ALBANY, N.Y. (NEWS10) — A new report released Thursday by the Empire Center for Public Policy outlines ways union contracts negotiated through public-sector collective bargaining have corrupted laws that were originally meant to shield workers from improper firing.
According to the report, “Double Insulation: How New York Law Shields Public Employees From Accountability,” elected officials have given up or lost most power related to employee discipline. In particular, the report examines whether it’s possible for police reform measures to do enough to address issues resurfaced after the deaths of George Floyd and Breonna Taylor.
Empire Center fellow Ken Girardin, who wrote the report, describes the “self-inflicted obstacles that prevent elected leaders from holding” public employees—including teachers, health care workers, bus drivers, fire fighters, and law enforcement—accountable. “Any worker accused of misconduct or incompetence deserves fair treatment,” Girardin says, “but New York’s public-sector discipline system is fundamentally broken.”
According to the report:
- Arbitration rules in union contracts protect employees who commit violence or other extreme acts of misconduct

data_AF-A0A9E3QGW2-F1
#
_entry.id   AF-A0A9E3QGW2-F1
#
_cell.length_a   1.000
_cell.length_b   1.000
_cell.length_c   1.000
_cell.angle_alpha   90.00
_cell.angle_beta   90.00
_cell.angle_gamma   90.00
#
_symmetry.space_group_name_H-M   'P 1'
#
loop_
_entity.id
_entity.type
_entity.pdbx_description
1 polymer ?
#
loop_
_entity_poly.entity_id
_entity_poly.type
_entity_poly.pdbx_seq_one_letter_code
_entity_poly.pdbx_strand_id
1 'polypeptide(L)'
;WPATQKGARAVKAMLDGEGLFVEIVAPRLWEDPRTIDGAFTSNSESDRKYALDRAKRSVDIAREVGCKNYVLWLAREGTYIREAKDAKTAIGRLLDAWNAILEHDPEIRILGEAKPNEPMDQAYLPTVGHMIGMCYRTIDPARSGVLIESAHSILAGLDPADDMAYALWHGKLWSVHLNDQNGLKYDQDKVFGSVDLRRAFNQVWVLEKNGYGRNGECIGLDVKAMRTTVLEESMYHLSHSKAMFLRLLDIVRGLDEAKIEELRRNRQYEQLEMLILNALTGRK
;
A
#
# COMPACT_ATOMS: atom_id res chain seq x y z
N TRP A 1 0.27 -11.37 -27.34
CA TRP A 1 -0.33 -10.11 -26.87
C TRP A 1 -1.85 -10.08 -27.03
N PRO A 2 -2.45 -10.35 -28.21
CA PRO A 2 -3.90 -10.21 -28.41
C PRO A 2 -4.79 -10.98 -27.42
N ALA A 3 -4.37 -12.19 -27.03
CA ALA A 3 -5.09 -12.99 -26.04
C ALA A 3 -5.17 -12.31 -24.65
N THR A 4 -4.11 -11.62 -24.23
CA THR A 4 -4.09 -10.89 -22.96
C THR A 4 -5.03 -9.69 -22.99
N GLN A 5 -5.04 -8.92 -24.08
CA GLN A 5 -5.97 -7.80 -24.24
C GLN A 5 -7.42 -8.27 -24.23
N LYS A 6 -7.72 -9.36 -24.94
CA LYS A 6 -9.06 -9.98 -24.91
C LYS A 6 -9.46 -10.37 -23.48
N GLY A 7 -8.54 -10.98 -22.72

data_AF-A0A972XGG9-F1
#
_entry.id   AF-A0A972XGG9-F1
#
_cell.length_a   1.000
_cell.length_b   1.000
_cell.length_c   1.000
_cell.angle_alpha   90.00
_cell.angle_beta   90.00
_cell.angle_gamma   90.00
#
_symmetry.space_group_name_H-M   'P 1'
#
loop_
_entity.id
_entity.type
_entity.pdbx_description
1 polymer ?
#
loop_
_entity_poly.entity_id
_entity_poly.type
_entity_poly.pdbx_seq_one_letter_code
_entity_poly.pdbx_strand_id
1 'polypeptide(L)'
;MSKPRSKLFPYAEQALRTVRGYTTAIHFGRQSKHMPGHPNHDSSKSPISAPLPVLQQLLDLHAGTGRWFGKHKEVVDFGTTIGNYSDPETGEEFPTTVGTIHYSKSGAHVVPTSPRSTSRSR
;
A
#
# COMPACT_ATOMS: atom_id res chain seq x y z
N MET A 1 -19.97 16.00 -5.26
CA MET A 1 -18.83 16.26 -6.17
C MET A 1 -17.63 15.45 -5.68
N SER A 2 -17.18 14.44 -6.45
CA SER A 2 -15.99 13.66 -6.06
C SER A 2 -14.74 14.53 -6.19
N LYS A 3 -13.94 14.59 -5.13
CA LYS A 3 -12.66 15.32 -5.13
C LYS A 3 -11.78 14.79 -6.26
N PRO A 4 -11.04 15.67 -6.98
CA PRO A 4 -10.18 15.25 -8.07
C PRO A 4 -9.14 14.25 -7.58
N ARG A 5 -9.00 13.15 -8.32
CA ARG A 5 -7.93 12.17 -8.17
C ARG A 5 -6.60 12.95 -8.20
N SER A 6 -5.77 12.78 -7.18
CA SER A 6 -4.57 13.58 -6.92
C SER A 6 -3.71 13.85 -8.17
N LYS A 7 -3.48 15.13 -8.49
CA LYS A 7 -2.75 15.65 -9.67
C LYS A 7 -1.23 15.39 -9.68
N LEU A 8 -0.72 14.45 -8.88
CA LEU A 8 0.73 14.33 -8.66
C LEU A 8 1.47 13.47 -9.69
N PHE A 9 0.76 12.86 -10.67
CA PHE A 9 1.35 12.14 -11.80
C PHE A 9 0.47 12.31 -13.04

- State law makes discipline artificially and prohibitively expensive
- Mayors cannot discipline police officers because of arbitrary factors like the population or to the age of the town charter
Girardin also proposed steps to increase transparency and accountability around the discipline process:
- Prohibit bargaining for discipline
- Give elected officials and their designees the last word in discipline
- Provide professional hearing officers for local governments and school districts
- Disclose records, contracts, and statistics
- Share the cost of discipline by reforming release time
The Albany-based Empire Center for Public Policy, is an independent, nonprofit think-tank focused usually focused on economic policy. Although the Empire Center describes itself as nonpartisan, watchdog groups generally classify it as a conservative-leaning organization.
Take a look at the Empire Center’s 16-page report:
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